Heart Beat: Policosanol: A sweet nothing for high cholesterol

Heart Beat

Policosanol: A sweet nothing for high cholesterol

Published: September, 2006

A dietary supplement made from sugar cane doesn't lower cholesterol as advertised. Posts on the Internet and magazine ads claim that taking policosanol, which is extracted from the waxy coating of sugar cane, lowers LDL (bad) cholesterol by 25%. That's about as much as a modestly powerful statin. One problem with this claim is that the lion's share of the evidence comes from a single commercial lab in Cuba that markets the supplement.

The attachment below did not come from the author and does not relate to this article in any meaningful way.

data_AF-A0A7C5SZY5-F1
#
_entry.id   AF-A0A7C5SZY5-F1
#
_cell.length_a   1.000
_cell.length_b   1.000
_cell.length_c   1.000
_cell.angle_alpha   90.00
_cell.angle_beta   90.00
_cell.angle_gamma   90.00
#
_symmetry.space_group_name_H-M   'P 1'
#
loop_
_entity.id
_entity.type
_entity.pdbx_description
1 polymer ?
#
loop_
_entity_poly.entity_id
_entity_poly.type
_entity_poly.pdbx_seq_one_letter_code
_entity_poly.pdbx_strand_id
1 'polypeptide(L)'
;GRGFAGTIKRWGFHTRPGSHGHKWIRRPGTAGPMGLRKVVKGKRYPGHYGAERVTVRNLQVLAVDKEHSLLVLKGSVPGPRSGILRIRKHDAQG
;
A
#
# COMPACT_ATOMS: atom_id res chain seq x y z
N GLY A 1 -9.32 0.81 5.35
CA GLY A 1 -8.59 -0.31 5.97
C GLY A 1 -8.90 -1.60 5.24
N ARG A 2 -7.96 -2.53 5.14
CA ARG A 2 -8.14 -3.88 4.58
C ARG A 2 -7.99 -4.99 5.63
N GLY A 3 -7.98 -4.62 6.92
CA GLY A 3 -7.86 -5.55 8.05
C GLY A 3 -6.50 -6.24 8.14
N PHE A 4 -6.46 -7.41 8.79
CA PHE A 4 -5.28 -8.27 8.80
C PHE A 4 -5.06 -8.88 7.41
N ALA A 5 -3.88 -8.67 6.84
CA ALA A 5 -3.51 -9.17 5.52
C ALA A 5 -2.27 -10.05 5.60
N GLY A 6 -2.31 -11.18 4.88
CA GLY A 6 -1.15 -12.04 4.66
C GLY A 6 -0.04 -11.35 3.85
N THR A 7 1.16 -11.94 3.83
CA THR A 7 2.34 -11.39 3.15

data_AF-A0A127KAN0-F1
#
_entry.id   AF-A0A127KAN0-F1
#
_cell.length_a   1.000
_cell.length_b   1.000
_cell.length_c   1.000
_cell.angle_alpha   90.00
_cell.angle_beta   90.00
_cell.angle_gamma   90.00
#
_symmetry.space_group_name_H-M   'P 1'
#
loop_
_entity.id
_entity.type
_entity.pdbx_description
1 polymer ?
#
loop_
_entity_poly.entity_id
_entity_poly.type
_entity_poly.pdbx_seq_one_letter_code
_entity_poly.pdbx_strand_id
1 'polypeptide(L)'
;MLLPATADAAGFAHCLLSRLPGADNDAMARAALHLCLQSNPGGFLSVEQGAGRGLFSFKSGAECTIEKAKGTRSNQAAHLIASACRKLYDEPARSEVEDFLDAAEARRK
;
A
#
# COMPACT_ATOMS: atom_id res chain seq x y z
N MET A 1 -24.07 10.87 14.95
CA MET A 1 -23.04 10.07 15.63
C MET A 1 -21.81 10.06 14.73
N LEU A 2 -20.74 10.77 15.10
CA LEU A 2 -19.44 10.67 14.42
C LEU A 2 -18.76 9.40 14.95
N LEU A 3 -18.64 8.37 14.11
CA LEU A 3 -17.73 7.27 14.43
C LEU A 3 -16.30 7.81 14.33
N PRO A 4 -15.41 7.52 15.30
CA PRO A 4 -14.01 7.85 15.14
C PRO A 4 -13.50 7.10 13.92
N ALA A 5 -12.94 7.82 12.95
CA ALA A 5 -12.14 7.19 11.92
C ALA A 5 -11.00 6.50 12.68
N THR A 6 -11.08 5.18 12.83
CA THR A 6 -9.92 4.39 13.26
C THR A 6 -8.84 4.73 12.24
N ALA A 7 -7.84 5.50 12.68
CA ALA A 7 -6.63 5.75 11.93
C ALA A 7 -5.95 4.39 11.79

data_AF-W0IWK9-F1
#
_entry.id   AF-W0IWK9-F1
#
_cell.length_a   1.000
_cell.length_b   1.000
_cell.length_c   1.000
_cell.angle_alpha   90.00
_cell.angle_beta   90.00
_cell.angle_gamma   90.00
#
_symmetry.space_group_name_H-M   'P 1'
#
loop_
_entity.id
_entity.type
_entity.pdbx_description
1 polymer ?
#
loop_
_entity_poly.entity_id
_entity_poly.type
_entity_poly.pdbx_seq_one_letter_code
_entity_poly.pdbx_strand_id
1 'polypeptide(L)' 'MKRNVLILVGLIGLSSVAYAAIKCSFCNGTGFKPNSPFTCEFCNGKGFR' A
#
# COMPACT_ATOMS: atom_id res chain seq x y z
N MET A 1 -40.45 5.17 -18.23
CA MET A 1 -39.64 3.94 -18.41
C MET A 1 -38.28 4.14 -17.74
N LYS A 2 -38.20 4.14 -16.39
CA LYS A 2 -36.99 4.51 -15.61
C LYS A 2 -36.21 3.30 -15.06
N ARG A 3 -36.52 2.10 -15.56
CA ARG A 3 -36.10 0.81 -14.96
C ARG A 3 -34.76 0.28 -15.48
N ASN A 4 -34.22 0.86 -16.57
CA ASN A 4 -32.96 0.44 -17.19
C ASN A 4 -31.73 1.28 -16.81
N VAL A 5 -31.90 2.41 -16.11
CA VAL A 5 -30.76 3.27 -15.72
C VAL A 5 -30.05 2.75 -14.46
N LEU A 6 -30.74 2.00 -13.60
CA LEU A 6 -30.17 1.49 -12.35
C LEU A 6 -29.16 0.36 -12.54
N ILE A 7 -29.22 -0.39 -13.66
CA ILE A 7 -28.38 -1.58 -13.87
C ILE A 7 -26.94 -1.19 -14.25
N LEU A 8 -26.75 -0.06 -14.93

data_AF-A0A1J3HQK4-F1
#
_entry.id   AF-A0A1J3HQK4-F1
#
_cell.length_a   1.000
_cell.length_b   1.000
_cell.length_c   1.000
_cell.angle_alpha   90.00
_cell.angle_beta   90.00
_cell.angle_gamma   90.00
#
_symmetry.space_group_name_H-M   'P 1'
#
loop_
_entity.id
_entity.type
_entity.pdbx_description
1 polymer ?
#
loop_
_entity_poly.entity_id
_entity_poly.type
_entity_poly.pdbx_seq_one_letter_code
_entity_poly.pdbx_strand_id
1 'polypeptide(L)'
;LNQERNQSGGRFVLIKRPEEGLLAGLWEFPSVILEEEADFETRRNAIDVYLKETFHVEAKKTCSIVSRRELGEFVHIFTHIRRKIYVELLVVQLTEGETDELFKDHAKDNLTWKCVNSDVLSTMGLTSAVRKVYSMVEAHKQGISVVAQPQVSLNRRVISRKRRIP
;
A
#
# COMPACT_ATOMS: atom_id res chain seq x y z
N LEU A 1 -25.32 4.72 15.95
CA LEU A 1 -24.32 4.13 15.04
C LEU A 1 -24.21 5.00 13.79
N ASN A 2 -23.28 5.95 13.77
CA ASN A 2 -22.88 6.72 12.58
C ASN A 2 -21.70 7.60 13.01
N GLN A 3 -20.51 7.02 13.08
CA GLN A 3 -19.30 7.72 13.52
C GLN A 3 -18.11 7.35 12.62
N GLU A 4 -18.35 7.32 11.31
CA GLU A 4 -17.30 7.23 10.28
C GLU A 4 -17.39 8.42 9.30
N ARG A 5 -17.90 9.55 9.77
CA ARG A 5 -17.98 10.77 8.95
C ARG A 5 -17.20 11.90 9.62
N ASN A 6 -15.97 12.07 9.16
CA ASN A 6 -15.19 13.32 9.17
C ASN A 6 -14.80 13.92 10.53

An independent study done in Germany tested policosanol in men and women with high cholesterol. Groups of 20 volunteers with high cholesterol got either a placebo or 10, 20, 40, or 80 milligrams of policosanol a day. After 12 weeks, LDL levels were no better in any of the policosanol groups than in the placebo group. The supplements also had no effect on related factors, either, including HDL (good) cholesterol, triglycerides, and lipoprotein(a).

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